Google’s big experiment in digital counter-terrorism begins rolling out today. Collaborating with its own in-house think tank, Jigsaw, the new effort seeks to bury ISIS-related propaganda on YouTube. Now, when a potential ISIS recruit searches for known extremist content using a predefined set of keywords, they’ll instead be redirected to videos that deconstruct and confront the terrorist group. The project is called the Redirect Method.
“Svetlana herself started wearing hijab all the time, and she also always put some horrible black headscarves on her daughter. Many Muslims live in our neighborhood, but I’ve never seen little Muslim girls wearing black headscarves,” Valery said.
Spanish police arrested a 32-year-old Moroccan in a dawn raid in central Madrid on Tuesday who they said was “highly radicalised” and had a large collection of extreme Islamist material including a manual for suicide bombers, the government said.
On April 12, 2017, opposition MPs grilled Prime Minister Trudeau on aviation security following a report aired on the Quebec French-language station TVA which claimed that four employees at Trudeau International Airport in Montreal, one of whom had access to runways and was investigated by police, were stripped of their security clearance due to concerns of radicalization and support for the Islamic State.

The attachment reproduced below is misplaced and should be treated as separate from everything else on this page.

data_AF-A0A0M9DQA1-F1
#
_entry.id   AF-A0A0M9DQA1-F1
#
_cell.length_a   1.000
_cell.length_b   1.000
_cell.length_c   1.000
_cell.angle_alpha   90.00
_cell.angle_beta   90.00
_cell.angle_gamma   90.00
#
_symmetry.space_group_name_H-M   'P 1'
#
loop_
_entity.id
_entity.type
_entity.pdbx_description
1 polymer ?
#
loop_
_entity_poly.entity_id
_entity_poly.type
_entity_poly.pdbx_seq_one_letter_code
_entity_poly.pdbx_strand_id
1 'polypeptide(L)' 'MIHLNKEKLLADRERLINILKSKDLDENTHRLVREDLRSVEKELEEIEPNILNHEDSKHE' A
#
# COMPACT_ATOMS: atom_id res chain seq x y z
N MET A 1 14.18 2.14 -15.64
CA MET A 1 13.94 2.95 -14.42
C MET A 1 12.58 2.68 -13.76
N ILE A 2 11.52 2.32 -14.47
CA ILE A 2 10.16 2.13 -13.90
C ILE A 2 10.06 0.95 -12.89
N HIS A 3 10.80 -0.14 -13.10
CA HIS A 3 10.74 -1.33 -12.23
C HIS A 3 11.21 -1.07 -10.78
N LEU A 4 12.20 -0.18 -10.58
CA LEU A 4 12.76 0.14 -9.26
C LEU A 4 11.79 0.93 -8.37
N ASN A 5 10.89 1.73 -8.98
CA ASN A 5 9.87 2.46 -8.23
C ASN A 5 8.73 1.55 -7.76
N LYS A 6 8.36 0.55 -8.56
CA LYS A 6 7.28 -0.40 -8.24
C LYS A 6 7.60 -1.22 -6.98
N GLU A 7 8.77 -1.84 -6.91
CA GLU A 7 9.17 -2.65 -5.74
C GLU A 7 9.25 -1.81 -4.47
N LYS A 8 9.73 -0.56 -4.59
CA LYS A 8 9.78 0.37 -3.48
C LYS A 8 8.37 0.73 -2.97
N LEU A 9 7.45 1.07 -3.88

There’s a myth that needs to be shattered when Canadians imagine the standard template of a radicalized terrorist, according to Canadian terrorism expert Phil Gurski.
Many people believe the usual profile of a terrorist is a disenfranchised and alienated young man who came from a bad home environment, is poorly educated, has poor job prospects and may have some mental health issues.
“It couldn’t be any further from the truth,” said Gurski, who spent 15 years at CSIS, specializing in al-Qaida-inspired extremism and radicalization.
Government and community leaders along with police and youth workers are making a serious push in Calgary to combat what many describe as a rise in Islamophobia and the potential threat of radicalization.
They are incapable of seeing the truth, and will do immense damage through their smug, self righteous attitudes.
Young Canadians continue to join extremist movements and it needs compassion and community to help them and their families, says Alexandra Bain, the new director of Hayat Canada, an outreach program for people with children involved in violent extremist groups.
Bain, who teaches religious studies at St. Thomas University, says she also once lost someone to an extremist group. The youth are lured into what she describes as a cult and despite all the best efforts from their families and the police, children continue to leave, she says.
She now hopes to engage more volunteers to help and work with the families. Many of them are often horrified at what their child is doing and feel alone in coping with the situation, she said.